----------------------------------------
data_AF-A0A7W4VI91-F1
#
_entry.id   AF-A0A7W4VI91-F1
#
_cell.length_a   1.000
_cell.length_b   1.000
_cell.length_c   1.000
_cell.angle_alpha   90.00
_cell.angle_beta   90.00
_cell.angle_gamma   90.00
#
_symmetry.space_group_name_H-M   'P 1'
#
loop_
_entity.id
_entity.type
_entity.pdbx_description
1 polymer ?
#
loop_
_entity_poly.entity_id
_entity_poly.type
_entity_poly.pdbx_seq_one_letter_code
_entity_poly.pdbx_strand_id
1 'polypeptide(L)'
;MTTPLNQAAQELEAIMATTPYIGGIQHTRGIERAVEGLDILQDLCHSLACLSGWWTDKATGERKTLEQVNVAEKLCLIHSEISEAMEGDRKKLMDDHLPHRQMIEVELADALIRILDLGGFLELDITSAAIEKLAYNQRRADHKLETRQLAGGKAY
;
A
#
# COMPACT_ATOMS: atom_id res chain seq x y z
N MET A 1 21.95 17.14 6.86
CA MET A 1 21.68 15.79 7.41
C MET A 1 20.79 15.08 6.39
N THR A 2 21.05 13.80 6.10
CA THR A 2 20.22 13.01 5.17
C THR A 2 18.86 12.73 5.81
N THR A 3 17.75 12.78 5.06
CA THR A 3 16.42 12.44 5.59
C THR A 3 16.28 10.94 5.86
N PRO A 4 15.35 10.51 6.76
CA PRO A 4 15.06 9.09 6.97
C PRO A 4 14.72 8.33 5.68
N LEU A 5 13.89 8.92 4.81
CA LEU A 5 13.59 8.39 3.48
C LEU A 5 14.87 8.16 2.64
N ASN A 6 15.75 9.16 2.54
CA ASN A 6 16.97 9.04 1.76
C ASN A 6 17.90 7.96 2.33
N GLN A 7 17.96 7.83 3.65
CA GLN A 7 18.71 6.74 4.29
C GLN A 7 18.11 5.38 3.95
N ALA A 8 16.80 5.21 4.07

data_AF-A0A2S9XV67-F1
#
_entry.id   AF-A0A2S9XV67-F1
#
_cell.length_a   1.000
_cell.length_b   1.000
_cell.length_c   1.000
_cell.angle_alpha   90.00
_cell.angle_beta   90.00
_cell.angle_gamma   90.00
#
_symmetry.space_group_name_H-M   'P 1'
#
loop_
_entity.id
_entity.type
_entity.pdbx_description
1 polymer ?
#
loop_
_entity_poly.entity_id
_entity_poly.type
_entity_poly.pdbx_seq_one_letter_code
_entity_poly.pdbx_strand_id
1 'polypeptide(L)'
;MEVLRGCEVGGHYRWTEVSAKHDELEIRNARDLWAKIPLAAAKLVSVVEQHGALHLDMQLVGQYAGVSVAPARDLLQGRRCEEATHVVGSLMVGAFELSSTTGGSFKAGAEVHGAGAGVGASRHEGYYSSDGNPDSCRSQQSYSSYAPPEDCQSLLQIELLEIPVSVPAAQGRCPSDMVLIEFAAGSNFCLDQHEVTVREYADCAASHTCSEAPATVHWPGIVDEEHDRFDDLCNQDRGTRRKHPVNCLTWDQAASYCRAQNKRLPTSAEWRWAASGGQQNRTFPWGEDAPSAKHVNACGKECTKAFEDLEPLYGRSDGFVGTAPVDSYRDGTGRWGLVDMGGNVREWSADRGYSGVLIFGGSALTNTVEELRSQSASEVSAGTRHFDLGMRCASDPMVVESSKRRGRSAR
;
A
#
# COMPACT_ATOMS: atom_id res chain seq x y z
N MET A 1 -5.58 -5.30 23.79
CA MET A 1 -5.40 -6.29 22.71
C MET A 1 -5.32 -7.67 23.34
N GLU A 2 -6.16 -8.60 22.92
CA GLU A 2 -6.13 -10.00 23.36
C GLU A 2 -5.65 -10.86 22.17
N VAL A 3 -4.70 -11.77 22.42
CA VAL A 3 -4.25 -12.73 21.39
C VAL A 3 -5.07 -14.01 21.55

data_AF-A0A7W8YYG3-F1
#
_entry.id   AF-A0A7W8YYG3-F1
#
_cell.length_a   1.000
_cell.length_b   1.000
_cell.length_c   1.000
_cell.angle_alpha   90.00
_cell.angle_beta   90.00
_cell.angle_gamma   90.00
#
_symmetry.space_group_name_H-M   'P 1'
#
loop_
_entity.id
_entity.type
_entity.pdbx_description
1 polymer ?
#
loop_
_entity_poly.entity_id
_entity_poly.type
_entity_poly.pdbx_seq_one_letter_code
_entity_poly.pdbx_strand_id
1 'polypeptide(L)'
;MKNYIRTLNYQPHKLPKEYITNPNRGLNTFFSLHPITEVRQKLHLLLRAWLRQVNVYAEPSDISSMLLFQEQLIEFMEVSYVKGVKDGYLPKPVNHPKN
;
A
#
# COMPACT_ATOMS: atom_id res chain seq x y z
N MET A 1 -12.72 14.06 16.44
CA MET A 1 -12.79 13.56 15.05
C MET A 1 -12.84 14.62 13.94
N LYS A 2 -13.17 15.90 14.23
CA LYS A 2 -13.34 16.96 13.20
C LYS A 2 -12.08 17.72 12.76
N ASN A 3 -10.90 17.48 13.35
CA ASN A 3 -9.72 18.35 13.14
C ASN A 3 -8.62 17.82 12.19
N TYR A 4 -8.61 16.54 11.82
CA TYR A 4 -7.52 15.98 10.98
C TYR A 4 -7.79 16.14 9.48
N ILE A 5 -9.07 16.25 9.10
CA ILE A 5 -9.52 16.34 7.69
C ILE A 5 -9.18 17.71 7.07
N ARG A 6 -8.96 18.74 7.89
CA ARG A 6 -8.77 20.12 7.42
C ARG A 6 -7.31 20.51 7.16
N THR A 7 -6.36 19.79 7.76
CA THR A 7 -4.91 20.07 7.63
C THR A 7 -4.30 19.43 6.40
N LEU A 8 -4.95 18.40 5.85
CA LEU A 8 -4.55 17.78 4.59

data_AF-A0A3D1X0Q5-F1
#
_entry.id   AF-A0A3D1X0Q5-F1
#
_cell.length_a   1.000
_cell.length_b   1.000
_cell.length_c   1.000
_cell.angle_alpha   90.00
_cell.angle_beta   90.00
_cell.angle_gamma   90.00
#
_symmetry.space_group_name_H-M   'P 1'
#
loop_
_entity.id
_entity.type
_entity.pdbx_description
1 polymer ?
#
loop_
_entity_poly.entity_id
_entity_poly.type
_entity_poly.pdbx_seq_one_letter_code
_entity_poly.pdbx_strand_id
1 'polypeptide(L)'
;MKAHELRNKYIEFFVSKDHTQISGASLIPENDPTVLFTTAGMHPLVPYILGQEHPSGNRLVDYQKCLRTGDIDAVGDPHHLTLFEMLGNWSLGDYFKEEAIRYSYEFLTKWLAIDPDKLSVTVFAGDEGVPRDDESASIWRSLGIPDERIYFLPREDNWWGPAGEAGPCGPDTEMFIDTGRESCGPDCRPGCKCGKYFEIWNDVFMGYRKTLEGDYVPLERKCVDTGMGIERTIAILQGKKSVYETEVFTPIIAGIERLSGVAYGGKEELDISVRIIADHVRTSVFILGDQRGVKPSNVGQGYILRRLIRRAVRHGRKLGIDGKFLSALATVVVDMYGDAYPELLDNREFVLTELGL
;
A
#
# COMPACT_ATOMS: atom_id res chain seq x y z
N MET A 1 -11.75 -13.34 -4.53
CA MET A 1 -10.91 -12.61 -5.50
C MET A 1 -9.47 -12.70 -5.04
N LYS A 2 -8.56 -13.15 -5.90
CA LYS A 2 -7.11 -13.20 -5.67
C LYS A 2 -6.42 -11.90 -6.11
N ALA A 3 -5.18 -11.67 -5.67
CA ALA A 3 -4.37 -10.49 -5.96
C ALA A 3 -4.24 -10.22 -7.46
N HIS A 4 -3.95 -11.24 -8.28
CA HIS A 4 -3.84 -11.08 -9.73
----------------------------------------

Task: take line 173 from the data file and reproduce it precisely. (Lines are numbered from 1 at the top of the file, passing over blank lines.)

#